Microsoft Band 2 Review: Does Microsoft’s wearable satisfy?
The Microsoft Band 2 is a high quality wearable that delivers a wide variety of tracking data to maximize the health benefits of just about any exercise.
Microsoft’s second take on wearable computing has recently become available across a wide variety of retailers, as well as online through Microsoft’s online store.
Microsoft describes the Band 2 as more than a simple fitness tracker but not quite a smartwatch competitor, and it’s priced accordingly at $249.99 outright.
|Microsoft Band 2|
|Display Size||32mm x 12.8mm|
|Resolution||320 x 128 pixels|
|Battery Life||Up to 48 hours|
|Sensors||Heart rate, Accelerometer, GPS, Skin temperature, Barometer, Microphone|
|Compatibility||Windows Phone 8.1, iPhone 4S, 5, 5C, 6, 6 Plus (iOS 8.12), “Many” Android devices (4.3 or better)|
Upsides: Why you’d want the Microsoft Band 2
- Simple interface: The Band’s icon-driven interface is easy to understand, with a handy text explanation that pops up as you choose to run, sleep or undertake any of a number of exercise routines.
- Decent battery life: Microsoft rates the Band 2 as being good for up to two days of battery life. That’s certainly achievable based on our tests, especially if you don’t use the inbuilt GPS all that much.
- Inbuilt GPS for run tracking: The Band 2’s inbuilt GPS means that you can run using only the Band 2, where many fitness trackers rely on pairing to a phone GPS
- Inbuilt UV meter: There’s an Ultraviolet meter built into the very solid clasp on the Band 2, so you can easily check the intensity of sunlight while you’re out in it.
- Works across operating systems: While some smart devices such as the Apple Watch or Android Wear devices only work on their respective platforms, the Band 2 has apps for iOS, Android and, naturally enough, Windows Phone. The Microsoft Health app requires a Microsoft login but works well across all three major smartphone platforms.
- Good for golfers: The Band 2 can use its GPS to track your golf game, noting the course you’re on and the distance of each shot based on where you take the next subsequent shot. We’re not golfers and didn’t test this, but it’s a nice inclusion that’s usually only found on golf-specific wearables.
Downsides: Why you might not want the Microsoft Band 2
- Not quite a smartphone, not just a fitness tracker: The Band 2 occupies an interesting space in the current wearables space, but this doesn’t come without some compromises. It’s heavier than many straight activity trackers on your wrist, and the fixed band means that picking the right size for your wrist is a must. It’s priced comparable to many Android Wear smartwatches, but it’s not an apps platform, so any new features will be limited and only come from Microsoft itself.
- Utilitarian design: Many wearable life trackers are concentrating on style over everything else, but it seems Microsoft’s yet to get that memo. Some may like the Band 2’s utilitarian design, but those after a showy or stylish band will probably find it a tad ugly.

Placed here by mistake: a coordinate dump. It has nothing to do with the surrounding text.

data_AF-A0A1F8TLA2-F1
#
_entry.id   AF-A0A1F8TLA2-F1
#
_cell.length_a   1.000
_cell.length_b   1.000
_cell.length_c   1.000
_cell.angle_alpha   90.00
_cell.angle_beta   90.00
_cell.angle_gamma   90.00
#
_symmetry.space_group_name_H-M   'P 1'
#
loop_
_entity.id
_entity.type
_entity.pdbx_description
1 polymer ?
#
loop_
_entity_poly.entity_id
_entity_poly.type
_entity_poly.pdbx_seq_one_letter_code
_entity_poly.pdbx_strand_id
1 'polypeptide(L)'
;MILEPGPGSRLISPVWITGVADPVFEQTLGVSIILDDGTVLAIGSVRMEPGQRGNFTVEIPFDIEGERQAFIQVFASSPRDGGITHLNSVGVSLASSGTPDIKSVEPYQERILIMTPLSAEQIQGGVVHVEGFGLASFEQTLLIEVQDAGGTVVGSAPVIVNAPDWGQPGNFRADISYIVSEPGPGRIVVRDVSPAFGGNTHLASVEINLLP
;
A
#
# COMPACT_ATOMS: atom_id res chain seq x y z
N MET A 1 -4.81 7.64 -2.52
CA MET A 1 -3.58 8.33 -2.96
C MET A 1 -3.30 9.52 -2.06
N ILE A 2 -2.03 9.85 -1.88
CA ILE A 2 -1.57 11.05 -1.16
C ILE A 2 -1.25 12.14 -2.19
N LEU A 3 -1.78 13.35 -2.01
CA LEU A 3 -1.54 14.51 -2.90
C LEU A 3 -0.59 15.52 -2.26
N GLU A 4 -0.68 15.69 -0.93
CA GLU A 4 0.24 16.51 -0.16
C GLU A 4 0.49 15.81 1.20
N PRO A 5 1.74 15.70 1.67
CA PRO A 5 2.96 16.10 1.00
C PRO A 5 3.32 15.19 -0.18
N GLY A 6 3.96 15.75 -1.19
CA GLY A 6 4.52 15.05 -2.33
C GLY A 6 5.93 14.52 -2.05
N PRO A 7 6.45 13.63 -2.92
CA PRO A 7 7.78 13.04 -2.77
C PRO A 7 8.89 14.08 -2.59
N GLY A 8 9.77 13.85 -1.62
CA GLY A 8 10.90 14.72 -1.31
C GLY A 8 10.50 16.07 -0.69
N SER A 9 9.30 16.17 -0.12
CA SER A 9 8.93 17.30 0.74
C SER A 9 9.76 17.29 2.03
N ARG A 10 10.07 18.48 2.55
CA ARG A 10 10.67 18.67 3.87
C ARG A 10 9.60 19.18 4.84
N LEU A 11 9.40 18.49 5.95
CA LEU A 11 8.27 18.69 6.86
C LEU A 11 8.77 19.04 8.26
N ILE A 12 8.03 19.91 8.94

- UV pickup is a bit hit and miss: The inclusion of a UV meter is smart on Microsoft’s part, but only if it works. Quite often we’d try to test local UV conditions but the band only picked up low or no UV readings.
- Weak music playback: There’s no onboard music storage on the Band 2 itself, so if you want to exercise on the run (as we did), you’ve got to bring your phone along anyway. You can use the Band 2 for music control with a double tap of the power button, but this is somewhat slow and fiddly process that only allows for simple track skipping, pausing and volume adjustment.
- Custom charging cable: The Band 2 recharges from a pin mount in the wristband. Lose the charger, or break it, and you’re going to be without your Band 2 for a while, compared to devices that use a standard micro USB charger.
- Some features are Windows Phone only: This isn’t surprising. Microsoft would very much like you to invest in its smartphone platform after all. Specifically, inbuilt voice assistant Cortana only works if you’re paired to a Windows Phone device, as does the ability to create text messages on the Band 2’s tiny screen.
- Ordinary sleep tracking: It’s a common failing for many wearables that they don’t do a great job of tracking your sleep. The Band 2 always seemed to think we were getting 99%+ sleep efficiency with few waking periods on nights when we woke multiple times, suggesting its sleep tracking really isn’t that great.
Who is it best suited for? What are my other options?
There’s an obvious synergy between the Microsoft Band and the Windows Phone platform, with additional features and a common UI between them, but that doesn’t meant that the Band 2 is only of interest to that relatively niche group. As long as you’re happy with the style, it’s a solid competitor to both the smartphone and straight fitness band products thanks to its range of sensors, ability to present notifications in a meaningful way and wide variety of activities available through the free Microsoft Health app.
That being said, there are many fitness trackers on the market today that might suit your purposes more effectively. Huawei’s Talkband B2 offers many of the same band-type features along with a Bluetooth headset function for around $50 less. There are many sports-specific watches from makers such as Garmin that are worth considering. In the smartwatch space there are countless Android Wear devices you could buy for the Microsoft Band 2’s asking price. It’s less expensive than even the cheapest Apple Watch, but it’s also nowhere near as stylish.
Where can I get it?
Microsoft sells the Band 2 in its flagship stores, as well as through its online store for $249.99.
Microsoft Band 2 from Microsoft Store
The second iteration of the Microsoft Band has arrived and you can pick it up now from Microsoft's online store.View details